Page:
The Interview

By Julie Adamson


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At last, two years after submitting our application for permanent residence in Canada, I was requested to attend an interview in Sydney. My profession as a librarian was awarded more points on the immigration assessment scale than my husband’s career in architecture, thus determining that I would be the applicant. Before allowing myself to feel too smug, I was reminded that this was merely due to the economic circumstances in Canada at that time. Our score on the points scale, while not sufficient to ensure us entry, was enough to warrant an interview in which further points, if any, would be awarded. The responsibility for pleading our case rested with me: a daunting thought.

As we prepared to fly to Sydney from Western Australia, our emotions swung back and forth. Our initial confidence that our earlier years in Canada and our knowledge of the country would ensure us success was closely followed by the fear that being close to retirement age would exclude us.

It was our dream, our determination, to live out our retirement in British Columbia. After many years in the heat, dust and remoteness of Western Australia, we longed for mountains, lakes, cool fresh air and closer proximity to our children and grandchildren. We knew Canada well having met and married in Toronto. Despite moving on to other parts of the world, we had returned from time to time and had travelled from coast to coast. We saw the Maple Leaf flag introduced, went to Expo in Montreal, to hockey in Maple Leaf Gardens, and to Prince Edward Island before there was a bridge. Canada was in our life experiences and our memories so, having decided there was nothing to lose, we had begun the application process, fortunately not knowing the long road ahead.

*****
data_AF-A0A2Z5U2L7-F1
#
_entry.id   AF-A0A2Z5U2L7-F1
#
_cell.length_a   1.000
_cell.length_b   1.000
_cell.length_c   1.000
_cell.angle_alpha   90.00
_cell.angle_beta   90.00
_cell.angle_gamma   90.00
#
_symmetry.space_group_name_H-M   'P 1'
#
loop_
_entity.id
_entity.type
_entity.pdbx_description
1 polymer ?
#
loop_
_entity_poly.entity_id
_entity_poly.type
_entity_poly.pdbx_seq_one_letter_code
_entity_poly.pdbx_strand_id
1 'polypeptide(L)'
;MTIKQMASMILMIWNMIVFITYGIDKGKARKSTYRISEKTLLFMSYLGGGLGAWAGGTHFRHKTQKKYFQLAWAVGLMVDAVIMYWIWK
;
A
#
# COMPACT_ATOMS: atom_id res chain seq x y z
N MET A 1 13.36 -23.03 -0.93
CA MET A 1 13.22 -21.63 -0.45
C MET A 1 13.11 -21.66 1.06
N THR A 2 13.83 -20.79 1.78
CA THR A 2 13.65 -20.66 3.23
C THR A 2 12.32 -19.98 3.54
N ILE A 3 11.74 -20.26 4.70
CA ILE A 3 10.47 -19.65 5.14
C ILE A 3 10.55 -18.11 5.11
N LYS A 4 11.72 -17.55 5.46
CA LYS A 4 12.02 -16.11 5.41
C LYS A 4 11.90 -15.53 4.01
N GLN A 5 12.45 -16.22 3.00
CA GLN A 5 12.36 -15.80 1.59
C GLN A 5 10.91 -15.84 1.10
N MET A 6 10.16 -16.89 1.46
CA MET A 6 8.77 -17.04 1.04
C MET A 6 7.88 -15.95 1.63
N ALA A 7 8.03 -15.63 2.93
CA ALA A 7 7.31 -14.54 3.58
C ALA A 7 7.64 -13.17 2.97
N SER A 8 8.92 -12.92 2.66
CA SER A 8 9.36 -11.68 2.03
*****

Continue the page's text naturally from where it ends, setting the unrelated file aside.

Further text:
The frustration of waiting for a response caused a few sleepless nights. Had the application, with enclosed payment, arrived? We had been advised not to inquire unless we had not had a response within 12 months. That is a long time in which to be anxious. Just before the year was up, however, we were notified that our application had been received and the process had begun. Then came another long wait, leading up to the interview.

We arrived in Sydney two days early to get the lay of the land and find the Canadian Immigration Office, which serves the South Pacific region. Our days were filled with sightseeing, enjoying the beaches and historical sites and trying not to contemplate disappointment. This would have been the logical time to come up with a Plan B.

Finally, it was the day and the time. I felt surprisingly calm as I walked through the door, and hoped I could relate on some level to the interviewing officer to give myself the best chance of success. The faces of other applicants gave nothing away as they emerged from their interviews. Just as I began to feel uneasy, my name was called and the folder of documents I had been asked to provide was taken from me. In a small office, a smiling young woman shook my hand firmly and introduced herself as Catherine. The interview began.

At first, there were the expected questions. “Why Canada?” “What will you do there?” As we moved on to education, Catherine was particularly interested in my experiences as a mature university student, a subsequent career in librarianship and my love for the work. As we talked, she entered information on her computer and commented, “That is a wonderful story!” After more typing and conversation, there was suddenly and unexpectedly, the hoped-for magical words: “I'm going to let you go, you know, Canada can do with people like you.” My hands shook. I could hardly speak for the lump in my throat. “Really?” I asked. “Really truly,” Catherine replied and with a few flourishes, she finished typing. “There. It's done.”